6. 6. Leadership and management  Curriculum – promotes positive attitudes towards learning and contributes very positively to outcomes, physical well-being, and mental health. It reinforces British values and spiritual, moral, social and cultural development.  English and mathematics – cross-curricular links.  All groups, classes and subjects.  A thorough evaluation of the impact of additional provision, including additional staff, in helping to improve outcomes.  Making adjustments to provision based on an accurate analysis of needs. How Ofsted evaluates special educational needs and disabilities provision in schools Slide 6
  7. 7. Pupils who have special educational needs and/or disabilities make the best progress when:  there were high aspirations for the achievement of all pupils  teaching and learning for all pupils were good or better  provision was based on careful analysis of need, close monitoring of each individual’s progress and a shared perception of desired outcomes  regular evaluation of the effectiveness of the provision at all levels took place  swift changes were made to the provision as a result of evaluating outcomes and well-being. How Ofsted evaluates special educational needs and disabilities provision in schools Slide 7
  8. 8. Leadership and management  Will evaluate how effectively the local area are working together.  Will focus on effective identification and how well needs are being met.  Will involve visits to schools to talk to leaders, parents and pupils.  Will review the school information report and files of pupils with an education, health and care plan (EHCP) or identified as having special educational needs support.  Inspections started in May 2016. How Ofsted evaluates special educational needs and disabilities provision in schools Slide 8
  9. 9. Outstanding leadership and management  Leaders and governors focus on consistently improving outcomes for all pupils, but especially for disadvantaged pupils. They are uncompromising in their ambition  Governors systematically challenge senior leaders so that the effective deployment of staff and resources, including the pupil premium and SEN funding, secures excellent outcomes for pupils. Governors do not shy away from challenging leaders about variations in outcomes for pupil groups, especially between disadvantaged and other pupils. How Ofsted evaluates special educational needs and disabilities provision in schools Slide 9
  10. 10. Teaching, learning and assessment  Inspectors must not expect teaching staff to teach in any specific way or follow a prescribed methodology.  Inspectors must evaluate the use of and contribution made by teaching assistants. They should consider whether teaching assistants are clear about their role and knowledgeable about the pupils they support. They should also consider how well the school ensures that teaching assistants have enough knowledge of the subjects in which they provide support. How Ofsted evaluates special educational needs and disabilities provision in schools Slide 10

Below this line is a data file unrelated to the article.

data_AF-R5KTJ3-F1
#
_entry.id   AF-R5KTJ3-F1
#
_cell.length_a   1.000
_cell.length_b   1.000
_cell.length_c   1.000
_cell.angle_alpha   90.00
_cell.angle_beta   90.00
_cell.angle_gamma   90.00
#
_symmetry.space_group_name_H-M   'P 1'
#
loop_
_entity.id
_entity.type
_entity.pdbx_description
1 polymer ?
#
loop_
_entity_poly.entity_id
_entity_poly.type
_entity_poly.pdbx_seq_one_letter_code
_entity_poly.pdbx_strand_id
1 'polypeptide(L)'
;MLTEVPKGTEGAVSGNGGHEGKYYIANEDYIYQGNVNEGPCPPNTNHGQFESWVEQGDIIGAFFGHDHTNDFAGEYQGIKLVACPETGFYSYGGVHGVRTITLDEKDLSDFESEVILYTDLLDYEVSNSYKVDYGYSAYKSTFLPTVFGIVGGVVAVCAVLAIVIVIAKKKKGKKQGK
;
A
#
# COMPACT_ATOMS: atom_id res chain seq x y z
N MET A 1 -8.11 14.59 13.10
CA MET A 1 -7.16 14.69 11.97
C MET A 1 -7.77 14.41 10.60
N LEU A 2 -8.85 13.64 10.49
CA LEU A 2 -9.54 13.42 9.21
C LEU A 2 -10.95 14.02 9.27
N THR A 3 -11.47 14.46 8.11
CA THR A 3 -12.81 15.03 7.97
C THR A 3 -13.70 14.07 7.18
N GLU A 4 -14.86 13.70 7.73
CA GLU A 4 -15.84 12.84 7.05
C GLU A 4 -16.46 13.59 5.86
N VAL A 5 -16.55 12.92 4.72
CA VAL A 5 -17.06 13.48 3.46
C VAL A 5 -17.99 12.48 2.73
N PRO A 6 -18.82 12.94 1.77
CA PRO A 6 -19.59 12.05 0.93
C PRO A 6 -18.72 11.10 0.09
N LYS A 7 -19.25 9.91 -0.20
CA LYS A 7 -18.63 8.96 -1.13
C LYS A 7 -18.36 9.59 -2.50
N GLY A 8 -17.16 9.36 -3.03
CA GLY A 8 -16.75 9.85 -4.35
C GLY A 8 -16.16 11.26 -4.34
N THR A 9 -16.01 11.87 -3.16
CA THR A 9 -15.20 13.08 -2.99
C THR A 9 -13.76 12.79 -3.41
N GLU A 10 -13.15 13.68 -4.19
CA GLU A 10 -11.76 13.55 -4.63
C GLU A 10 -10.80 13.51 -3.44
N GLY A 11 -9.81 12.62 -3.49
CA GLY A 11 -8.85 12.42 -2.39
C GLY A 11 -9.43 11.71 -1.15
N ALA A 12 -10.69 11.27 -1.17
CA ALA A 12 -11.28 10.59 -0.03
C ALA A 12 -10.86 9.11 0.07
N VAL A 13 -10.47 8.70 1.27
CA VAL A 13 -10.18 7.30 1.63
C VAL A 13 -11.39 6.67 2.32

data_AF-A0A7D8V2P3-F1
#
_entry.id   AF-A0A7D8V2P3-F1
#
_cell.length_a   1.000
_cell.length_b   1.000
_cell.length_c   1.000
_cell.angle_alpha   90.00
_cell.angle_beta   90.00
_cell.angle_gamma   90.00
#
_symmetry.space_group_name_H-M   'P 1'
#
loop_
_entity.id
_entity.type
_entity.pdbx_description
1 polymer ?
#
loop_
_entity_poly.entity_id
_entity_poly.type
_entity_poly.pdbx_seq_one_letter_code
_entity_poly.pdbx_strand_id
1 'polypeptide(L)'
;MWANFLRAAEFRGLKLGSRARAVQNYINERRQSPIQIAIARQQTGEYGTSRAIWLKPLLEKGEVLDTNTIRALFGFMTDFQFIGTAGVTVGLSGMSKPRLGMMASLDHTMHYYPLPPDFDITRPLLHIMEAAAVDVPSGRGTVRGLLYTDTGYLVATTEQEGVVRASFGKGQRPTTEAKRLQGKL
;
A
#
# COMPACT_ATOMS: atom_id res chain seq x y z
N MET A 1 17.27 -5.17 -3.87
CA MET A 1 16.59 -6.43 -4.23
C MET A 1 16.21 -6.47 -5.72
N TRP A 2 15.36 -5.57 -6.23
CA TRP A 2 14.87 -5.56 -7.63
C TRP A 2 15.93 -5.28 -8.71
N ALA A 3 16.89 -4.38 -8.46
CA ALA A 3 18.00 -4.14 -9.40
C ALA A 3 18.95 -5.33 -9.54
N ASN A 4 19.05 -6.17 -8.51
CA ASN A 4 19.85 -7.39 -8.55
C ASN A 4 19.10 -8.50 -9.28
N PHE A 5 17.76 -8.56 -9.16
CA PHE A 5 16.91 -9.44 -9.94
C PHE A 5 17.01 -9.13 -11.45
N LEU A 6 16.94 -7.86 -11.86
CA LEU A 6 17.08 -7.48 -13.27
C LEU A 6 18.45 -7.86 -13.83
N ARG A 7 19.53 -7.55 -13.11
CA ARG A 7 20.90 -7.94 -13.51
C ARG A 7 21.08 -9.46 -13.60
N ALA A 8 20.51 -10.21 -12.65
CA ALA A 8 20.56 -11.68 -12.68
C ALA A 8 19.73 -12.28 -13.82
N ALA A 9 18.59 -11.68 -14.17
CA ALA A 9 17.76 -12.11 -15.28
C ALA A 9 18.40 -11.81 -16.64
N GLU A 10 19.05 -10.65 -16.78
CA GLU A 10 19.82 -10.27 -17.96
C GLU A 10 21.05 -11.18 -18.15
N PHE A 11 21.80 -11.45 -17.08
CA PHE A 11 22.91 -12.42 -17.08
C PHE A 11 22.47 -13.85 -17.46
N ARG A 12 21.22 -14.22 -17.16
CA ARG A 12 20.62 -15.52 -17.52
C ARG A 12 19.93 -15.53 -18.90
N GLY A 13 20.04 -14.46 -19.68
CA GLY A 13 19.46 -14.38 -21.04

11. 11. Teaching, learning and assessment  Teachers and other staff have consistently high expectations of what each pupil can achieve.  Assessment information is used to plan appropriate teaching and learning strategies, including to identify pupils who are falling behind in their learning or who need additional support.  Equality of opportunity and recognition of diversity are promoted through teaching and learning. How Ofsted evaluates special educational needs and disabilities provision in schools Slide 11
  12. 12. Teaching, learning and assessment  Development of communication, literacy and mathematical skills.  Systematic, effective, ongoing assessment that informs teaching and improves learning.  Teachers know their pupils and the implications of any special needs.  Effective feedback deepens learning and identifies the next steps for pupils to take.  Any additional support improves learning and promotes independence. How Ofsted evaluates special educational needs and disabilities provision in schools Slide 12
  13. 13. Teaching, learning and assessment In evaluating the accuracy and impact of assessment, inspectors will consider how well:  teachers use any assessment for establishing pupils’ starting points, teacher assessment and testing to modify teaching so that pupils achieve their potential  assessment draws on a range of evidence of what pupils know, understand and can do across the curriculum  teachers make consistent judgements about pupils’ outcomes. How Ofsted evaluates special educational needs and disabilities provision in schools Slide 13
  14. 14. Outstanding teaching, learning and assessment  Teachers identify pupils’ common misconceptions and act to ensure that they are corrected.  Teachers manage pupils’ behaviour highly effectively, with clear rules that are consistently enforced.  Teachers identify and support any pupil who is falling behind, and enable almost all to catch up.  Teachers have consistently high expectations of all pupils’ attitudes to learning.  Pupils love the challenge of learning and are resilient to failure.  Parents are given guidance about how to support their child to improve.  Teachers are quick to challenge stereotypes and the use of derogatory language in lessons and around the school. How Ofsted evaluates special educational needs and disabilities provision in schools Slide 14
  15. 15. Outcomes  Inspectors will consider the progress of pupils who have special educational needs and/or disabilities in relation to the progress of all pupils nationally with similar starting points.  Inspectors will examine the impact of funded support for them on closing any gaps in progress and attainment.  The expectation is that the identification of special educational needs leads to additional or different arrangements being made and a consequent improvement in progress. How Ofsted evaluates special educational needs and disabilities provision in schools Slide 15